Chinas economy picked up steam in August, as demand rebounded on higher government spending and a year-long credit and property boom. China’s August activity data which came in stronger than expected, following a set of weak data points in July suggest that China’s economy is stabilizing.
Data released on Tuesday showed that Chinas industrial production and retail sales gained 6.3 percent y/y and 10.6 percent respectively in August, compared with 6.0 percent and 10.2 percent in July. Meanwhile, fixed asset investment grew 8.1 percent y/y year-to-date (YTD) in August, unchanged from last reading.
Details of the report showed that private investment remained at a new record low, gaining 2.1 percent y/y YTD in August, while the investment from state-owned enterprises remained strong at 21.4 percent y/y YTD. Increased spending in the public sectors reflects the government’s effort to stabilize the economy. Property investment rose 6.2 percent year-on-year, substantially above the 1.4 percent increase seen in July.
"Today’s data suggest that the downside risk of Q3 GDP has significantly reduced. Recent data, including the August PMI and August exports (+5.9% y/y), suggest that growth momentum has stabilised in Q3. If momentum holds up, China’s GDP could maintain a growth rate of 6.6-6.7% in Q3, from 6.7% in Q2." said ANZ in a report.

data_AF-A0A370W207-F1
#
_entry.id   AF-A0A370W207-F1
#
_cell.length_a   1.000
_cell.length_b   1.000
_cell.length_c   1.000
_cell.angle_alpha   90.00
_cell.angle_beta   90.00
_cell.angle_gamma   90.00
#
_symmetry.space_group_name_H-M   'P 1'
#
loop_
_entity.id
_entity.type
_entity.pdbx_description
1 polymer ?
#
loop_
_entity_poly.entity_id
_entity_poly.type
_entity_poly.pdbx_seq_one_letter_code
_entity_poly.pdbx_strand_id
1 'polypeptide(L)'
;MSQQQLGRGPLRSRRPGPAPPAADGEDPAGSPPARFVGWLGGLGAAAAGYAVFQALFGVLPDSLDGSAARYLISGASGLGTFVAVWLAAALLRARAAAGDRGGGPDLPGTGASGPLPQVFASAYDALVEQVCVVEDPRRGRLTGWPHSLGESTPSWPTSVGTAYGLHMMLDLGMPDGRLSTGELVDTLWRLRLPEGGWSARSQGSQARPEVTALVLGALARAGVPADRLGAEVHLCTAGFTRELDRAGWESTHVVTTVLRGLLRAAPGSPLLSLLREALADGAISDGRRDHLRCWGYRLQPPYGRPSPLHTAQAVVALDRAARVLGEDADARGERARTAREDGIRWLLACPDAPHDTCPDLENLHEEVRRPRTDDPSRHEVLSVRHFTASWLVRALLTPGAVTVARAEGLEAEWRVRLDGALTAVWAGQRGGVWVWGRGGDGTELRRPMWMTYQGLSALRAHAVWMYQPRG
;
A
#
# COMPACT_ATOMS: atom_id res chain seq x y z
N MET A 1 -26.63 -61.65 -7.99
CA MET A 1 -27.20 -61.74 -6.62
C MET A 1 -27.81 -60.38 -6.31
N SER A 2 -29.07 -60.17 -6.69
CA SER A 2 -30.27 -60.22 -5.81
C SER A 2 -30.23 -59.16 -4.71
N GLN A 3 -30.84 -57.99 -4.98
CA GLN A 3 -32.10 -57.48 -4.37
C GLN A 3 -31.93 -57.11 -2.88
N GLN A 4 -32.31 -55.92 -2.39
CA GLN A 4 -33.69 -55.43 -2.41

The rebound in today’s numbers is in line with that seen in recent data releases. Chinas official manufacturing PMI came in 50.4 in August, marking the fastest improvement in conditions since October 2014. Trade data for August also impressed, particularly for imports which grew in year-on-year terms for the first time in 22 months.
Amidst positive data, private investment remained at a new record low, gaining 2.1 percent y/y YTD in August, indicating that China’s economy still faces strong headwinds. That said, while economic activity in China has cooled this year, it now appears less at risk of a hard landing than feared in 2015. And with some stabilization seen in the Chinese economy, it seems the Peoples Bank of China (PBoC) has turned the focus to “risk control” for the time being.
In recent weeks, the PBoC has started to offer money via 14-day and 28-day
reverse repos, while controlling the liquidity injection via 7-day reverse
repos. This new tactics suggests that the central bank intends to contain the
leverage ratio in bond trading activities. However, it will be also dangerous to
conduct a rapid deleveraging in the bond market and Chinese authorities are
likely to tread softly.